How many times have you bought chicken breasts, thighs, or cutlets from the grocery store for a recipe you planned on making that night but instead, you ended up ordering take-out and stowed the raw meat into the depths of your refrigerator? We’ve all done it and we’re not here to judge you. However, there’s something you should be mindful of after you decide to save that pre-cut chicken for a later date, and that’s whether it’s still fresh after sitting in your fridge for sometime. And that brings up the real question: do you know how to tell if chicken is bad?
We consulted head chef at HelloFresh, Claudia Sidoti, for the lowdown on how to check if your chicken is still good to eat or if it’s time to toss it out. This is important to learn, seeing as some 48 million people, or about 1 in 6 Americans, are sickened from a foodborne illness every year, according to the Centers for Disease Control and Prevention. Salmonella, the pathogen that’s found in uncooked eggs and poultry, is the second leading pathogen to cause domestically acquired (food made in your home) foodborne illness.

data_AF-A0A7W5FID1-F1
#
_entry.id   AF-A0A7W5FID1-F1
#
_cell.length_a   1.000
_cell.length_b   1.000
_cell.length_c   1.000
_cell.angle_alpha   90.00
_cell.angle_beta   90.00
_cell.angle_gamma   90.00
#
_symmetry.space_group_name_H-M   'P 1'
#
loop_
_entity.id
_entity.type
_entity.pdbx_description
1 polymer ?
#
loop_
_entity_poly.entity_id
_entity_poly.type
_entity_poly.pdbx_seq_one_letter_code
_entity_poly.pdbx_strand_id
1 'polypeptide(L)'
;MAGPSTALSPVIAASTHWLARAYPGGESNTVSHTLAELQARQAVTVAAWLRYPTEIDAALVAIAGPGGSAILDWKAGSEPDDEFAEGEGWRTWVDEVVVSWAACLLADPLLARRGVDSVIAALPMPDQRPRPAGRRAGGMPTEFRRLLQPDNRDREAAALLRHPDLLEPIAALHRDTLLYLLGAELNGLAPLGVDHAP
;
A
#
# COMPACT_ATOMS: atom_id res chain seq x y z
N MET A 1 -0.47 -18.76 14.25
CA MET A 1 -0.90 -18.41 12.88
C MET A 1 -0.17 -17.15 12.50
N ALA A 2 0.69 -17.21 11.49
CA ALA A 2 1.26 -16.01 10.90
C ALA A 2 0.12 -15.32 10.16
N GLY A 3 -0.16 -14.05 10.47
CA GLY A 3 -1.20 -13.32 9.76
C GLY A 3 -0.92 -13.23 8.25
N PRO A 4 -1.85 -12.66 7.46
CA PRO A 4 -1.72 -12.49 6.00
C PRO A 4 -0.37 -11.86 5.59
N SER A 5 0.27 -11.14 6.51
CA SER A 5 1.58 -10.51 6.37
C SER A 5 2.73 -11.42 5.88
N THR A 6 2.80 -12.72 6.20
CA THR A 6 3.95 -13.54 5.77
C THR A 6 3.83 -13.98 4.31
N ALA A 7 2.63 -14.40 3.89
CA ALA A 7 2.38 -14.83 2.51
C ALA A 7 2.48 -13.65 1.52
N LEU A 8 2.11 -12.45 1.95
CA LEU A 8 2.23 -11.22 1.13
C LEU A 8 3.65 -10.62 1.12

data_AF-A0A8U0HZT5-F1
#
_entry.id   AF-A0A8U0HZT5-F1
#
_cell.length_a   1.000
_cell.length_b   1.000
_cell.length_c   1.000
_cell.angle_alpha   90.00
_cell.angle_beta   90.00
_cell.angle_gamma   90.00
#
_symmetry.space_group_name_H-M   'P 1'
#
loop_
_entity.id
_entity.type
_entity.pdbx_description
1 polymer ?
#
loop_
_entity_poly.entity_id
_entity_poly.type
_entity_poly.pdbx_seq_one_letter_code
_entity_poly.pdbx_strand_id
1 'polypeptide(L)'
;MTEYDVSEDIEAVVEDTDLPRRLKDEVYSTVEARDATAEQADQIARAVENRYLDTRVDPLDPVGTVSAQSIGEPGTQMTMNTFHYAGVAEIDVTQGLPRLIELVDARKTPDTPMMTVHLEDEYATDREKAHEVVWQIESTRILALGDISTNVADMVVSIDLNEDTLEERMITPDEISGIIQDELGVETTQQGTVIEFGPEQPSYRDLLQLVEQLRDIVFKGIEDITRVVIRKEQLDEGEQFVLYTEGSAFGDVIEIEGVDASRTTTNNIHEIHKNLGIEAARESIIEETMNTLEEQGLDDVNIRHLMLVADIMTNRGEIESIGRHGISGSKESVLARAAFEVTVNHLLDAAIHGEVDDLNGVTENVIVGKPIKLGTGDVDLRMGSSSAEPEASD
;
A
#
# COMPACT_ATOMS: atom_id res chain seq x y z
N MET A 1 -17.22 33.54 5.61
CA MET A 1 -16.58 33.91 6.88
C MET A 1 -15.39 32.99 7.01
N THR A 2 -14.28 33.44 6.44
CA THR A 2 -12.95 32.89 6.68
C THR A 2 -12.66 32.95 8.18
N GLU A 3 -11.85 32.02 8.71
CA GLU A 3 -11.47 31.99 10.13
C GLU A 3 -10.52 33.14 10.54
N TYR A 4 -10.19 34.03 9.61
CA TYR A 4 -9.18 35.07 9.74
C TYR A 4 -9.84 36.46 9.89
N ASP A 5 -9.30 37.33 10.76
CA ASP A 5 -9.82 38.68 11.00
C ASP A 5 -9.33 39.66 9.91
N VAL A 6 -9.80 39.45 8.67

What are the tell-tale signs that raw chicken has gone bad?
There are three easy ways you can immediately check to see if your chicken has peaked far past it’s prime. First, Sidoti advises looking for a change in color.
“Fresh, raw chicken should have a pink, fleshy color. As it starts to go bad, the color fades to a shade of grey. If the color starts to look duller, you should use it immediately,” she says. However, once the meat begins to look grey, then it’s time to toss out that chicken.
Second, Sidoti says to trust your nose. “Raw chicken that has gone bad has a very potent odor. Sometimes it can be described as a sour smell. If the chicken has taken on an odor of any sort, it’s safest to toss it,” she explains.
Thirdly, the chef instructs to feel the meat. That’s right, just get right in there and touch it to determine if it’s unsafe to eat. “Raw chicken naturally has a glossy, slimy texture. However, if the slime remains after rinsing under water, it likely went bad,” she says.